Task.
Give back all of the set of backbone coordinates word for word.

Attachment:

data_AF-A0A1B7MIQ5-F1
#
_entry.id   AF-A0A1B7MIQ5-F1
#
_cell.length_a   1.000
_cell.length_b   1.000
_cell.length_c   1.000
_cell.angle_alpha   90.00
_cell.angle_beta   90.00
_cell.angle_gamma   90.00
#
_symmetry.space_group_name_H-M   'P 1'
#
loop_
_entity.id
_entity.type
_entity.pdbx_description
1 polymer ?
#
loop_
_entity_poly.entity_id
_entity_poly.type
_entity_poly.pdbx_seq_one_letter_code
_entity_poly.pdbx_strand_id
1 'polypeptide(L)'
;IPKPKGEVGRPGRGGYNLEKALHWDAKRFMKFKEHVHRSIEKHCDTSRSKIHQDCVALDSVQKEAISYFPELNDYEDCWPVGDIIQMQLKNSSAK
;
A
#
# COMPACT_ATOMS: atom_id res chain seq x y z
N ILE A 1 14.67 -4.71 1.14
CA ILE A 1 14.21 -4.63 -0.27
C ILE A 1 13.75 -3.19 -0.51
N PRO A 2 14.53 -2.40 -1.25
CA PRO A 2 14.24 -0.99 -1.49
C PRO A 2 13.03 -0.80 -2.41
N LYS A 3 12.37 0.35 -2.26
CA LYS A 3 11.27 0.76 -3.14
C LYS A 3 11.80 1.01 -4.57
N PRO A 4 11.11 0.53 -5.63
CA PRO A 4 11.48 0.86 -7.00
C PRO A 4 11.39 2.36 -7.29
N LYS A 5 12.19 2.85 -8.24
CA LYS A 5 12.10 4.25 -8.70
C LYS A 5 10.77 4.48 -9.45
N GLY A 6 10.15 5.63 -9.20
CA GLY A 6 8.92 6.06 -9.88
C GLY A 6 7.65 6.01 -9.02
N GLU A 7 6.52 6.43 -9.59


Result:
data_AF-A0A1B7MIQ5-F1
#
_entry.id   AF-A0A1B7MIQ5-F1
#
_cell.length_a   1.000
_cell.length_b   1.000
_cell.length_c   1.000
_cell.angle_alpha   90.00
_cell.angle_beta   90.00
_cell.angle_gamma   90.00
#
_symmetry.space_group_name_H-M   'P 1'
#
loop_
_entity.id
_entity.type
_entity.pdbx_description
1 polymer ?
#
loop_
_entity_poly.entity_id
_entity_poly.type
_entity_poly.pdbx_seq_one_letter_code
_entity_poly.pdbx_strand_id
1 'polypeptide(L)'
;IPKPKGEVGRPGRGGYNLEKALHWDAKRFMKFKEHVHRSIEKHCDTSRSKIHQDCVALDSVQKEAISYFPELNDYEDCWPVGDIIQMQLKNSSAK
;
A
#
# COMPACT_ATOMS: atom_id res chain seq x y z
N ILE A 1 14.67 -4.71 1.14
CA ILE A 1 14.21 -4.63 -0.27
C ILE A 1 13.75 -3.19 -0.51
N PRO A 2 14.53 -2.40 -1.25
CA PRO A 2 14.24 -0.99 -1.49
C PRO A 2 13.03 -0.80 -2.41
N LYS A 3 12.37 0.35 -2.26
CA LYS A 3 11.27 0.76 -3.14
C LYS A 3 11.80 1.01 -4.57
N PRO A 4 11.11 0.53 -5.63
CA PRO A 4 11.48 0.86 -7.00
C PRO A 4 11.39 2.36 -7.29
N LYS A 5 12.19 2.85 -8.24
CA LYS A 5 12.10 4.25 -8.70
C LYS A 5 10.77 4.48 -9.45
N GLY A 6 10.15 5.63 -9.20
CA GLY A 6 8.92 6.06 -9.88
C GLY A 6 7.65 6.01 -9.02
N GLU A 7 6.52 6.43 -9.59